If The Stock Market Makes You Nervous, There Are Attractive Alternatives For You

This article starts below.

In recent years, the stock market has rewarded the optimists and penalized the pessimists.

But the pessimists may be rewarded yet. There will always be a major market correction. What should you do with your money now if you feel strongly that the bull market may be cooling? Here are our strategies for stock investors who are uneasy:

  • Don't change your strategy. If you're a long-term investor with a time horizon of 10 years or more--and you're happy with the stocks and mutual funds you own--leave them alone. Presumably you have an investment strategy that is designed to work for you over the long haul, so stick with it.

    Responding to every anticipated move in the stock market makes you a market timer. Even the great professionals have trouble timing the market consistently.

    Better: A long-term strategy that ignores temporary ups and downs in the stock market should give you a higher return over time.

    Exception: If you own stocks that have large profits and you're not comfortable with the market's future, sell some of your stocks. Remember the Wall Street adage that no one ever lost money taking profits.

    Important: If you're five years away from retirement--or will need the money soon to buy a home or pay tuition--you shouldn't be too heavily invested in the stock market. You're better off in more conservative investments.
  • Put the money you were going to invest in stocks into safer places instead. If the stock market frightens you, shift cash to money market accounts where it will be safe and readily available when the market quiets down.

    Another alternative: Treasury bills. They pay higher returns than bank accounts or money markets, and they have the absolute backing of the government, making them completely safe.
  • Rethink your asset allocation. The key to successful investing is having the right mix of stocks, bonds and cash. The right mix depends on your own personal financial situation and current economic condition.

    Strategy: Depending on your goals, you might want to examine your allocation annually--or at least every time there is a shift in the investment markets--to see if the mix still makes sense for you.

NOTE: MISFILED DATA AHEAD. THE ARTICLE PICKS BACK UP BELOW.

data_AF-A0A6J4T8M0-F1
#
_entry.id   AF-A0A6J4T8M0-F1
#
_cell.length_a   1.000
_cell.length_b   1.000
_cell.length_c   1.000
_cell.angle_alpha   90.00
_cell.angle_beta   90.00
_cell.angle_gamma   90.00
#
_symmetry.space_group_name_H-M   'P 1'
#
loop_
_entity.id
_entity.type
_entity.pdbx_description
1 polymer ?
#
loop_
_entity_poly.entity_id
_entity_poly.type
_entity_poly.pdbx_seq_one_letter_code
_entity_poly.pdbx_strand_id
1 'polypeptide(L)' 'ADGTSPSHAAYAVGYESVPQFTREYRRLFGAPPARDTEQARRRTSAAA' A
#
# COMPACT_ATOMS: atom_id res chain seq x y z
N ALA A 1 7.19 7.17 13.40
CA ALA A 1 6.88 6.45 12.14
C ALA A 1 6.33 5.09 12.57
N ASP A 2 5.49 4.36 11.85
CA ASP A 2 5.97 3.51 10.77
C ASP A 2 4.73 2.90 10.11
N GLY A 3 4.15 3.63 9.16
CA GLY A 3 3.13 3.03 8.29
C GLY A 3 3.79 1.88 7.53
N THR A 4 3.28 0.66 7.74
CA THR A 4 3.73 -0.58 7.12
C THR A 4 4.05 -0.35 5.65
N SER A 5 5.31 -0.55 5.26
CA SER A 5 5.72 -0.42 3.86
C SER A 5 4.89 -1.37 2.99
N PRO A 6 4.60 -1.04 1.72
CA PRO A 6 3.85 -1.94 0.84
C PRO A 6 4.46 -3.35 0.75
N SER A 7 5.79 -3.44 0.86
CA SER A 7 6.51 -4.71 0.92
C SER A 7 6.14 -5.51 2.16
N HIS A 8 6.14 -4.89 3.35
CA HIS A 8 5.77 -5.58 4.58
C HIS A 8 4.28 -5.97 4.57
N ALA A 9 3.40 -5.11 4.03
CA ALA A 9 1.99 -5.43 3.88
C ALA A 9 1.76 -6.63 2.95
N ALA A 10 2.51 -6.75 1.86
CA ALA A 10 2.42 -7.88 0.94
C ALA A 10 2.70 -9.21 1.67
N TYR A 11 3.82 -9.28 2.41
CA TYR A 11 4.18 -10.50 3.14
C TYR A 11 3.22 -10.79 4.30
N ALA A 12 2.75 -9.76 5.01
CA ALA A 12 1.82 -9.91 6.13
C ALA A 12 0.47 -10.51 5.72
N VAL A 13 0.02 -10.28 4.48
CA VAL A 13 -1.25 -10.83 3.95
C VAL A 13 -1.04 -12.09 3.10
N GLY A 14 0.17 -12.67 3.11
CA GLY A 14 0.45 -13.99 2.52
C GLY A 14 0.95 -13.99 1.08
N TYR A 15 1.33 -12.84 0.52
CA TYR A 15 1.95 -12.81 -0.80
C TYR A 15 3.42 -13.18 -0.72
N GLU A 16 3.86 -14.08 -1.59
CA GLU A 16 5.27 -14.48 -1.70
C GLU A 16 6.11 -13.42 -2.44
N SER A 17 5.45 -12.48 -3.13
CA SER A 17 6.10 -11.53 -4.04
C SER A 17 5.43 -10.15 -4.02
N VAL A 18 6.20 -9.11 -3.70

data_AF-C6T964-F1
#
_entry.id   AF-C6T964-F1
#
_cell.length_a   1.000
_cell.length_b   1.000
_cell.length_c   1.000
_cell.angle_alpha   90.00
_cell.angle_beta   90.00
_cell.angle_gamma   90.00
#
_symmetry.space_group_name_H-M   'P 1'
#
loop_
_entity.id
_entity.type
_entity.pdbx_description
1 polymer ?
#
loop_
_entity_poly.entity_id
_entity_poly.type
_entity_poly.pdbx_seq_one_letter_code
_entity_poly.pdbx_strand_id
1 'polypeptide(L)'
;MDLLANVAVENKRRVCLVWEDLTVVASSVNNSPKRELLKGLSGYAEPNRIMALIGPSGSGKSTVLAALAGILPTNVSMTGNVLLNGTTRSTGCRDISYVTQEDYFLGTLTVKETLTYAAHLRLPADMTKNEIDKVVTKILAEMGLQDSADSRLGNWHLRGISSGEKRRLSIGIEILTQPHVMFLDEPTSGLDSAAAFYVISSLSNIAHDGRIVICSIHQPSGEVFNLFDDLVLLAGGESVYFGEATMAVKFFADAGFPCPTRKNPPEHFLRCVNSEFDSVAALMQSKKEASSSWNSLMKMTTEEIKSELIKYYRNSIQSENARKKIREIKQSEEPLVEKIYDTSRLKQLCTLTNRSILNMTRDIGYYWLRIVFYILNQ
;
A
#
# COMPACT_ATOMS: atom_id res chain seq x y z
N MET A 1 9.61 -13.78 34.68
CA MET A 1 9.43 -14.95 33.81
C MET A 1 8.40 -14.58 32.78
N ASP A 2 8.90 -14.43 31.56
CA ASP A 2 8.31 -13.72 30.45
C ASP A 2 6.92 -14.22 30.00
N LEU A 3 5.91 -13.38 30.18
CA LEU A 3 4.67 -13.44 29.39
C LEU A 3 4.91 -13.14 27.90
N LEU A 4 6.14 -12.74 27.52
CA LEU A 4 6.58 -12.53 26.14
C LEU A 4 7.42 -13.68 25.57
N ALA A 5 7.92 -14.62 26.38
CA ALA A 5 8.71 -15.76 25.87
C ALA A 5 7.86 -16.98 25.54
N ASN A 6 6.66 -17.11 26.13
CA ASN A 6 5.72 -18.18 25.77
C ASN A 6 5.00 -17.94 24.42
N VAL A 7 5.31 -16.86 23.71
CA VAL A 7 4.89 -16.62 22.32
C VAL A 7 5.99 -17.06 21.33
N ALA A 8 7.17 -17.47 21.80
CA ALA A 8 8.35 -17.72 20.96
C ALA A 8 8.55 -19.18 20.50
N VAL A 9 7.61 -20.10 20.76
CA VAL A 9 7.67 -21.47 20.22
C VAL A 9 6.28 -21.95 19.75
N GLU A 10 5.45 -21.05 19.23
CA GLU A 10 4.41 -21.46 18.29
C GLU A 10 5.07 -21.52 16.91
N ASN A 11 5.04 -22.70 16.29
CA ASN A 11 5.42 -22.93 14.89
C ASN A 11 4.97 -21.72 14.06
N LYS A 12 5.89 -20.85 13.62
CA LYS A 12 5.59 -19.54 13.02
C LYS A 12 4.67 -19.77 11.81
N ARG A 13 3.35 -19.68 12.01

If the market makes you nervous, change the allocation by adding new money to bonds and cash.

    Pay particular attention to your allocation after a long rally in the stock market. Maybe you started with 50% of your assets in stocks. Now, after a long market run-up, rising prices have pushed that stock allocation to 65% of assets. Take profits to restore your allocation the way you want it to be.
  • Invest in foreign markets now. Economies around the world move at different paces, and so do international stock markets.

    Example: The Japanese economy and the Japanese stock market stayed weak when the US economy and the US stock market were booming.

    Strategy: If you believe the local stock market is turning sluggish, shift money to foreign stock markets that are doing better. Most investors will be better off buying shares in a foreign stock mutual fund.
  • Use investment money to pay off debts. This offers a better return on your money than investing in a stagnant stock market. If is also better than putting the money in a low-return bank account. The higher the interest rate on the debt, the better the payoff to you.
  • Invest the money in your home. Studies show that money spent on a new kitchen, master bathroom or extra room can add to the value of your house.
  • Invest in yourself. Use money that might have gone into stocks to take courses that will improve your skills and learning potential. Adding to your education could help you find a new, better job. You could also use the money to launch a part-time or sideline business, which could grow into a full-time venture someday.

Excerpt from: Bottom Line Year Book 1997, based on Laurence L. Foster and Thomas J. Hakala, partners in the personal financial planning practice of KPMG Peat Marwick LLP.

« Read Previous Article Read Next Article »